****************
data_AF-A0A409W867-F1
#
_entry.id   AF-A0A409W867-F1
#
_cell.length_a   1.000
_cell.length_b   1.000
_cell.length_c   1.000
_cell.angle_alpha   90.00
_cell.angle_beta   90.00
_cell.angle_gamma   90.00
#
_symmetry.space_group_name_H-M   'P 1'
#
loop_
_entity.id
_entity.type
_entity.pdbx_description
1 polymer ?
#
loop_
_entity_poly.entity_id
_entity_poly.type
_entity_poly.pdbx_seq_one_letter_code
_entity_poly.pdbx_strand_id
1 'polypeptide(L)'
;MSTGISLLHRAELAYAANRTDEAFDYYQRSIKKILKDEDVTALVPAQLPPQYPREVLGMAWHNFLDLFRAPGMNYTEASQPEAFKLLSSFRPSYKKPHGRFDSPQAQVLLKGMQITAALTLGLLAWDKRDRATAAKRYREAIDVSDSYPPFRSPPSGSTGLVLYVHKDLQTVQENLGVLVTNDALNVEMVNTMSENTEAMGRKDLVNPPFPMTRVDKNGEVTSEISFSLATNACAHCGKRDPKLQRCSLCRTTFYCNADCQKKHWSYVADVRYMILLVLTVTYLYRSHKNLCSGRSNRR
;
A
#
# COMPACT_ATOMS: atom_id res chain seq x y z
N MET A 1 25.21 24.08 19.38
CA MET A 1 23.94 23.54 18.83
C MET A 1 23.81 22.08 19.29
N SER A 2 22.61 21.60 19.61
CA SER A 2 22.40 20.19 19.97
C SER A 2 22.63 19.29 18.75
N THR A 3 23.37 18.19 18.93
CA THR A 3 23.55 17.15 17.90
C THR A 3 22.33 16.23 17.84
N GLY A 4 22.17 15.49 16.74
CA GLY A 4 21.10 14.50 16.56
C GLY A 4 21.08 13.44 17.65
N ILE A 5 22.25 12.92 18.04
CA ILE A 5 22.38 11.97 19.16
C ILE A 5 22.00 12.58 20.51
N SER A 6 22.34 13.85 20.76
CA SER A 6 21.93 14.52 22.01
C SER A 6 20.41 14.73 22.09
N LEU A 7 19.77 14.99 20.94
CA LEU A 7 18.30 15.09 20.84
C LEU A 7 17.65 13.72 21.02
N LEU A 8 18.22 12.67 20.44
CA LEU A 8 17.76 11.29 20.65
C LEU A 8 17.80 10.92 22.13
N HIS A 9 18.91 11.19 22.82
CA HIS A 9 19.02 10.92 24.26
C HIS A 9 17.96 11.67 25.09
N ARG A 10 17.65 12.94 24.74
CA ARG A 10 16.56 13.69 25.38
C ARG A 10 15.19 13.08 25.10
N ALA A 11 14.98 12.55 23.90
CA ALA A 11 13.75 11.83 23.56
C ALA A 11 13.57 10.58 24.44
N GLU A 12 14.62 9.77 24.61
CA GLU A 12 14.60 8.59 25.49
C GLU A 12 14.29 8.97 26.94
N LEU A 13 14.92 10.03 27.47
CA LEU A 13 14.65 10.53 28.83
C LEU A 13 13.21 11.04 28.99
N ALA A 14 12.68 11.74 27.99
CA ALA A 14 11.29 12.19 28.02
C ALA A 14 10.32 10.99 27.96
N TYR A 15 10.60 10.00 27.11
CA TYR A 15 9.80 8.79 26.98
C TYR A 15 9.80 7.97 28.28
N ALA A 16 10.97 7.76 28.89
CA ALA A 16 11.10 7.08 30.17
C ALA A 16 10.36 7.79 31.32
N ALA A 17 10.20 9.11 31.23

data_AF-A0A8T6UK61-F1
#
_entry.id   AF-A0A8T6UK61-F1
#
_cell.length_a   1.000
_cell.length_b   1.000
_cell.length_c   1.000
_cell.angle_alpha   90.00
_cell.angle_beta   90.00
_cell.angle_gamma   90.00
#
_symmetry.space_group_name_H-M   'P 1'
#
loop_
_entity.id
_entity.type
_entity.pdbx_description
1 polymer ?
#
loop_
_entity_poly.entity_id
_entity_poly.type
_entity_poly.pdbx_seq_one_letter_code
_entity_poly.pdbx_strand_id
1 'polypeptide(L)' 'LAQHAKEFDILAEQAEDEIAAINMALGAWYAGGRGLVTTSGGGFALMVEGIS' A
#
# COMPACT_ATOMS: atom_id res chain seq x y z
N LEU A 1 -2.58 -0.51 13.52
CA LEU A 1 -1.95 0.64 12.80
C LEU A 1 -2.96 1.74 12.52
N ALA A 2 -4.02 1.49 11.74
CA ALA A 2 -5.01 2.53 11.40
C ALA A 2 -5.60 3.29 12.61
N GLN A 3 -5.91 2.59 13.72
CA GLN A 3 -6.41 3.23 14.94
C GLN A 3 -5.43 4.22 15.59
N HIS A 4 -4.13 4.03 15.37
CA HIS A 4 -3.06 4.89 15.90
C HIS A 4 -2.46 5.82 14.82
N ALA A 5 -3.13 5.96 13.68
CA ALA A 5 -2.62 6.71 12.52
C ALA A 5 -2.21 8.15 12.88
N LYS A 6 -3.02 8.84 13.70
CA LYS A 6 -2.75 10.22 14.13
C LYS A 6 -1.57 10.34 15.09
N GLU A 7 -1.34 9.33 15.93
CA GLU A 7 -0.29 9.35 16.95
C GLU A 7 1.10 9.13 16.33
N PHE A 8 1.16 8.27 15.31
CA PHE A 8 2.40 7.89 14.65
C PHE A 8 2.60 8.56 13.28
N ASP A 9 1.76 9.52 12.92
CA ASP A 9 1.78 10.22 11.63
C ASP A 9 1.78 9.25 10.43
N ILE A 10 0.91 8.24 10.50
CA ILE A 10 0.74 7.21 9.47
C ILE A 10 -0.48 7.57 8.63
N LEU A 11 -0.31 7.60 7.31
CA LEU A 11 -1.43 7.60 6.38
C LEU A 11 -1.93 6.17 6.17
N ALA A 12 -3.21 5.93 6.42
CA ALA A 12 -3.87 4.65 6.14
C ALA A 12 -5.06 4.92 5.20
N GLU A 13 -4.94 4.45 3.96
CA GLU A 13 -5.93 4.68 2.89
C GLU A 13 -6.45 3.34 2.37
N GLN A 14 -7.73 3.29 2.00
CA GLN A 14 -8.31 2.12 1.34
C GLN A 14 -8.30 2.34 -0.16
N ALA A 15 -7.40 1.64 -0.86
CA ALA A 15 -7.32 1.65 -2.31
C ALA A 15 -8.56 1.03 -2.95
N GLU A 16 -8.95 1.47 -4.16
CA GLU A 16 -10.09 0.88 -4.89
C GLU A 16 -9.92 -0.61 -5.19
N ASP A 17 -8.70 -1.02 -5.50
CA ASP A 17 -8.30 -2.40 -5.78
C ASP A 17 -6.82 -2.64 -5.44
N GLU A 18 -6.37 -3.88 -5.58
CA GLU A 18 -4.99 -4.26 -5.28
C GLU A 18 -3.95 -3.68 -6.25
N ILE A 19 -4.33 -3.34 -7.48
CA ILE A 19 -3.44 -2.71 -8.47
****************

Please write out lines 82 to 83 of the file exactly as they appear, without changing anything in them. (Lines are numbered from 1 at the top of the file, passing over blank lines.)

_entry.id   AF-A0A8T6UK61-F1
#